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Native CSS Nesting Without Preprocessors — Start Using It Today

Rafayel Hovhannisyan 181

Native CSS Nesting Without Preprocessors — Start Using It Today
Image created by the author using Carbon and Canva

Let me draw your attention to one of the most important CSS updates we’ve been waiting for decades.

Many prominent developers have stated that they will stop using CSS preprocessors if CSS adds native support for variables and nesting. CSS variables have long been supported by all browsers, and now it’s time for CSS nesting to become part of the CSS family of native features.

After all these long years of waiting, we finally got what we deserved.

Take a closer look at the image in this article above and realize that what you are seeing is not some CSS preprocessor syntax or some PostCSS plugin. This is completely native CSS.

Browser Support of CSS Nesting Module

As you can see, all modern browsers now support (caniuse) the CSS Nesting Module, so feel free to give it a try.

Simple Nesting

// Before

.parent {
color: red;
}

.parent .child {
color: blue;
}

// After

.parent {
color: red;

.child {
color: blue;
}
}

As you can see it’s dead simple and very similar/identical to the syntax of the well-known CSS preprocessors. All .child elements inside of .parent will be colored blue.

Nested Tag Selectors

// Before

.parent {
color: red;
}

.parent p {
color: blue;
}

// After

.parent {
color: red;

& p {
color: blue;
}
}

Here we use & symbol before p to not violate the “cannot start with a letter” rule that was introduced alongside nested selectors which says.

The nested selector cannot start with a letter.

While it’s important for tag selectors to start with &, you can optionally use & for other selectors as well, consider it as this pointer.

Okay, let’s move on.

Multiple Nestings

// Before

.parent {
color: red;
}

.parent span, .parent .quote {
color: blue;
}

// After

.parent {
color: red;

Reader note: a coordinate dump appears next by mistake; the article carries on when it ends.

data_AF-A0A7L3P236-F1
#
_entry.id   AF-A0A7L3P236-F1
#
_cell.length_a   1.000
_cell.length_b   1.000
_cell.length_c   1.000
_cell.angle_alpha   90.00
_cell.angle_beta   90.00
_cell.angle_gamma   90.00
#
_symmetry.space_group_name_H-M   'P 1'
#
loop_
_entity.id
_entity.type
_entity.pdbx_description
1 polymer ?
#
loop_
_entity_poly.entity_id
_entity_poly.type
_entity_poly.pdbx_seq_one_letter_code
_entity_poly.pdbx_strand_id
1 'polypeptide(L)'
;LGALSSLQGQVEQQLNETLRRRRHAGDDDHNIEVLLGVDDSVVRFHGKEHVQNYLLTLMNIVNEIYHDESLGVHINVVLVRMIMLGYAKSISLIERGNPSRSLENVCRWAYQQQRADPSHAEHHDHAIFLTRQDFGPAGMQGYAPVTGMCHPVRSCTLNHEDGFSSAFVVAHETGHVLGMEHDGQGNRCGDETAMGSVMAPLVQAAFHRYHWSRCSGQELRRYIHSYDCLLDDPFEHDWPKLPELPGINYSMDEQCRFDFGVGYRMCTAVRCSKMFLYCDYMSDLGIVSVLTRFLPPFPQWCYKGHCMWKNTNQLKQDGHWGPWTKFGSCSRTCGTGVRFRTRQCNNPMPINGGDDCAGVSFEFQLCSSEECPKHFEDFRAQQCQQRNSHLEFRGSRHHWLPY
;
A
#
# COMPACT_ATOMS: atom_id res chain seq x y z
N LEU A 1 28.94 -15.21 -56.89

& span, .quote {
color: blue;
}
}

Pseudo-Classes Like :hover, :is, etc.

// Before

.parent {
color: red;
}

.parent p {
color: blue;
}

.parent p:hover {
color: lavender;
}

// After

.parent {
color: red;

& p {
color: blue;

&:hover {
color: lavender;
}
}
}

Compound Selectors

// Before

.btn {
color: red;
}

.btn.lg {
font-size: 32px;
}

// After

.btn {
color: red;

&.lg {
font-size: 32px;
}
}

Nesting Media Queries

It really drives me crazy. Writing media queries separately from their selectors was a huge issue. It’s very common for media queries to get lost and introduce dead styles into your stylesheets, as well as making your element hard to understand at a glance.

// Before

.card {
font-size: 1rem;
}

@media (width >= 1024px) {
.card {
font-size: 2rem;
}
}

@media (width >= 764px) {
.card.lg {
font-size: 1.25rem;
}
}

// After

.card {
font-size: 1rem;

@media (width >= 1024px) {
font-size: 2rem;
}

@media (width >= 764px) {
&.lg {
font-size: 1.25rem;
}
}
}

Conclusion

It’s been a very long journey and I’m really confident that CSS won’t stop there and will continue to implement other most requested features such as CSS cycles and arrays so we can create a superior experience for our users. But the next big release candidate is CSS Nesting Module Version 2 which is already in draft and will amaze us with more exciting features.

Happy coding and patience!

Hope this will be helpful for you and your team and will let you focus on important things!